Moodle gradebook with categories
Implementing a Moodle Gradebook with categories as defined in a course syllabus.

In a previous post, I wrote about the creation of an easy Moodle Gradebook.  In this post, I continue with a discussion about a step up in your gradebook.  What if you need a Moodle Gradebook with categories?

A Moodle Gradebook with Categories

Let’s propose a syllabus that contains the following categories and points for course assessments:

Projects

  • Project One (100 points)
  • Project Two (100 points)
  • Project Three (100 points)
50%
Homework

  • Homework One (20 points)
  • Homework Two (12 points)
  • Homework Three (4 points)
  • Homework Four (35 points)
  • Homework Five (25 points)
25%
Final Project (100 points) 25%

This is my MATH 3185 syllabus (or something like it).  I assign homework and projects at varying levels of difficulties and with varying assignments of points.

Note:  The point values for the homework assessments have unequal point values.

Here’s the process that I follow when creating the Moodle gradebook with categories that are defined in my syllabus.

  1. Create all course assessments in Moodle.  Input any due dates, information, and add any attachments.  Of course, ensure that all descriptions are checked for spelling and grammar errors.  For the sample syllabus above, I would create nine assessments.
  2. Assign number of points for each assignment.  This can be done a variety of ways.  Perhaps you build a rubric with points that total to a nice number.  Perhaps you are able to balance marks of learning but don’t always end up with a nice number.  Either way, have an answer for the point value for each assessment.  This means planning ahead.
  3. Navigate to the Gradebook.  Click on “Course Tools” and then “Gradebook”.
  4. Access assessments.  Click on the drop-down menu and then select “Categories and Items”.  You should see a full list of your assignments and your point values.
  5. Change aggregation type of the Gradebook.  There are now three columns (Name, Max Grade, and Actions).  On the first row (the course name), there is a link for “Edit”.  Click on “Edit” and then choose “Edit settings”.  The second item down will be “Aggregation”.  Choose “Natural” from the list of selections in the drop-down menu and then click “Save changes” at the bottom of the page.
    Note:  You should notice a new column, now, entitled “Weights”.
  6. Create grade categories and assign aggregation style.  Choose “Add category”.  Give a category name and aggregation style for that category.  For example:  “Projects” and we’ll choose to aggregate using “Natural”.  Click “Save changes”.  
    Note:  Feel free to explore the other options.
  7. Sort assessments.  You’ll notice a column on the far right, now, entitled “Select”. Select assessments that you would like to move to your category.  Then, in the drop-down menu, choose the category to which you’ll move those assessments.  For example: We will move “Project One” through “Project Three” to the “Projects” category.
  8. Assign weights to eat category.  For each category that you just created, enable a weighting by selecting the check box for that category and specifying the weight.  For example:  For “Projects”, I’ll check the box in the same row and then specify “50”.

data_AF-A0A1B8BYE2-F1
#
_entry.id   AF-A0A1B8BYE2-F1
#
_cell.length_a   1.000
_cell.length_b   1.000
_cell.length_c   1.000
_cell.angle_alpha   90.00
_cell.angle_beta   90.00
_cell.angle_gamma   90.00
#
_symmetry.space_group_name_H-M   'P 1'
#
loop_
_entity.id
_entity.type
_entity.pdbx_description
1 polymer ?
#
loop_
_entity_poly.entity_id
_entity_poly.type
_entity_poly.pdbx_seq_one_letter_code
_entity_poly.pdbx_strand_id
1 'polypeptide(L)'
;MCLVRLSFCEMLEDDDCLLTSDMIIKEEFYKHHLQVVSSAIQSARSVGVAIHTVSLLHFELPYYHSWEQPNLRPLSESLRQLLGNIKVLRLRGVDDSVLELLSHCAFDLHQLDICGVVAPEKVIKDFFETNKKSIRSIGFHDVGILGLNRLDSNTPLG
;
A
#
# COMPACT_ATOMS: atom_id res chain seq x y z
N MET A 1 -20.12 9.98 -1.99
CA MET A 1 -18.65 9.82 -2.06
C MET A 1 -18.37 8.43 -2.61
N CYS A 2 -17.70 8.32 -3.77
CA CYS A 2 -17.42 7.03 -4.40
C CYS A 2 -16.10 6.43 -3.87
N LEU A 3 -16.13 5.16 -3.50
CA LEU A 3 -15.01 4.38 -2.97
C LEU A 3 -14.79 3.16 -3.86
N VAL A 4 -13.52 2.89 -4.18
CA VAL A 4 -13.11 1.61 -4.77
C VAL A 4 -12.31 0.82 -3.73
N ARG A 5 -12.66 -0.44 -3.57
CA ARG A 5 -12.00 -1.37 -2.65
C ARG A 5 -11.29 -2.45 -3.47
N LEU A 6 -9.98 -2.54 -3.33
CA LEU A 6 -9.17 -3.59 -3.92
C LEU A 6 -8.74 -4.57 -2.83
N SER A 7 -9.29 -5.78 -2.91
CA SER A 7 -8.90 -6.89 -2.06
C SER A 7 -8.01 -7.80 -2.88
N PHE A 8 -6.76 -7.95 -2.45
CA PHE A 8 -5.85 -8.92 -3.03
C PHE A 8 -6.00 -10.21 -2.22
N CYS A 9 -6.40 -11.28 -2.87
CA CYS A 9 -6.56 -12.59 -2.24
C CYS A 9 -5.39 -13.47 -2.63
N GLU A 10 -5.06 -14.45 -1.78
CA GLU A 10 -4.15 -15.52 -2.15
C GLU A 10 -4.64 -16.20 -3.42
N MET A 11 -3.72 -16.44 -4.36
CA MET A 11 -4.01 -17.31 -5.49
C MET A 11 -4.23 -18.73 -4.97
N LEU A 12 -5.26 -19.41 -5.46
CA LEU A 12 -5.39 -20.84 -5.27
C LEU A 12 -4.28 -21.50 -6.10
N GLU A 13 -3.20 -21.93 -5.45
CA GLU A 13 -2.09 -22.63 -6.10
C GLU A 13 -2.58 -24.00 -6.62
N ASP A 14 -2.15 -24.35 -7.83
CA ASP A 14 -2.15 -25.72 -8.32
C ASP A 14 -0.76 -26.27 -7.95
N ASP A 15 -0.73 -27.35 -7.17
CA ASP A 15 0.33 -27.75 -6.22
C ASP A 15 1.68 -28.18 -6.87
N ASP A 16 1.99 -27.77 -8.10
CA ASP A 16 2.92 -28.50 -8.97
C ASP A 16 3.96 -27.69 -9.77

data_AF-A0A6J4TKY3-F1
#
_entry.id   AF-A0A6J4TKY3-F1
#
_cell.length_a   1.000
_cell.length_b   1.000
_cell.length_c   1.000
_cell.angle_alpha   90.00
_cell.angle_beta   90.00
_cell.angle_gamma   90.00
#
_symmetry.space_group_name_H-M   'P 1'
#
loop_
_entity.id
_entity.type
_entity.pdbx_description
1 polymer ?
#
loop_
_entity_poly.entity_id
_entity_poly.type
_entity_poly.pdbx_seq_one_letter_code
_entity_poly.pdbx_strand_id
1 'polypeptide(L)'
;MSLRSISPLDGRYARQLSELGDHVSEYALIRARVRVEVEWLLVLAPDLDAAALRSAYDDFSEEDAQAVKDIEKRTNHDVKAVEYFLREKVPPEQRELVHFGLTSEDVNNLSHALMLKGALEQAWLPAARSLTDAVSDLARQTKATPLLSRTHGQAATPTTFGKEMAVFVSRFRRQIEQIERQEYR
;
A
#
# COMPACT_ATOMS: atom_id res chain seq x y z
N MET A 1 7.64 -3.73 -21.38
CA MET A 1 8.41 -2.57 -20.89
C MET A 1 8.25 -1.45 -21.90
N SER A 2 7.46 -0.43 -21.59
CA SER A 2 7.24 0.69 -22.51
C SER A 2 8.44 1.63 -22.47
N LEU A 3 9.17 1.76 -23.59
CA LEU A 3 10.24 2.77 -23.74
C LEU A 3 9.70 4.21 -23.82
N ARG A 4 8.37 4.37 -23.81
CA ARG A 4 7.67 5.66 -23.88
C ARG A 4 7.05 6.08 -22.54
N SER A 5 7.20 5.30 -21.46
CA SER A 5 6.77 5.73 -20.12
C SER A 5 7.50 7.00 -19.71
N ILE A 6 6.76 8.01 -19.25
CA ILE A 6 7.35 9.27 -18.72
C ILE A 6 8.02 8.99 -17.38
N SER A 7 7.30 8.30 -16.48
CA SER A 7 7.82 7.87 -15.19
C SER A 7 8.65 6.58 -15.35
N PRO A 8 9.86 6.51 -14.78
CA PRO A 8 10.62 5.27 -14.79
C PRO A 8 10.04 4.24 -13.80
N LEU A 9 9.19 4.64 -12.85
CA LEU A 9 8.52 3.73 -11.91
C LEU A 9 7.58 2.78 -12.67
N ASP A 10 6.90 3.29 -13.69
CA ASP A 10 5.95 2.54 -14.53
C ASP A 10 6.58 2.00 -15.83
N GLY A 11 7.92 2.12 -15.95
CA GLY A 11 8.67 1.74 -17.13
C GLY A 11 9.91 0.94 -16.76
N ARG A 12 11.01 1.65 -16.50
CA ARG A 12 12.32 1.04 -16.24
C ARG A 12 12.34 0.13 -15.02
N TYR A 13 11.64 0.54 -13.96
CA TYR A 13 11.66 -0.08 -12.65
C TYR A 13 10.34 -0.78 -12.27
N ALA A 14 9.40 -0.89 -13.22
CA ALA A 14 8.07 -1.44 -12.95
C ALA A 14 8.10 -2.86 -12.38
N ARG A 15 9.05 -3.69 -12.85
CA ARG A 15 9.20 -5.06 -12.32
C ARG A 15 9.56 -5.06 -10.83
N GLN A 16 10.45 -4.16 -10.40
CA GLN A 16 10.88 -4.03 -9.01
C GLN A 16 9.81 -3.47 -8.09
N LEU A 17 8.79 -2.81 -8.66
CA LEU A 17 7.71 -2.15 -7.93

Continue steps 7-8 until you have created all of the categories in your syllabus and have sort all of the assessments into those categories.

Note:  I recommend the use of the “Natural” aggregation scheme because all other schemes can be addressed through this aggregation type.  Further, Moodle will deprecate all other grading schemes in the future.  

 

Conclusion

Once you have sorted each assessment into categories to follow your syllabus (the above syllabus looks like my MATH 3185 course), you may recognize a few interesting things.

  1. Your students will always know their grades.  We fill out athletics progress reports for NCAA reporting purposes.  Computing those, regularly, is time-consuming.  Now, the grades are continually recomputed.
  2. Not all assessments in a section need have the same weight.   Although I may use the same rubric for multiple assignments in a section, it may be that the work required for completion of an assignment is drastically different than from another assignment in the sign course.  This can be adjusted via the weights of the natural aggregation type.
  3. Not all assessments in a section need have the same point value.  It may be that an assessment is easier to score if the point total is out of 37. As a consequence, you’ve made your rubric that works in this setup.  Remember, weights are assignable a 37 point assignment or a 100 point assignment can be granted the same weight.  Ex:  Let’s say that you have the two assessments HW3 and HW4 as in my syllabus, above.    Maybe it is that grading once assignment out of 4 points makes my life considerably easier while HW4 is most easily graded with 35 points.  Perhaps the workload is roughly equivalent.  Left with no strictly adjust weights, Moodle will take a simple weighted mean in that category.  But, by selecting the means, I can set them both at 5% and never worry about correct computation of the course average.

Using the Moodle Gradebook with categories sets your course up to look exactly like your syllabus so your students know exactly what they’re getting into as a student in your course.  In the future, we’ll be training on this topic extensively.

If you have any questions or want to share any insights, please leave them below in the comments section!

Moodle Gradebook with Categories
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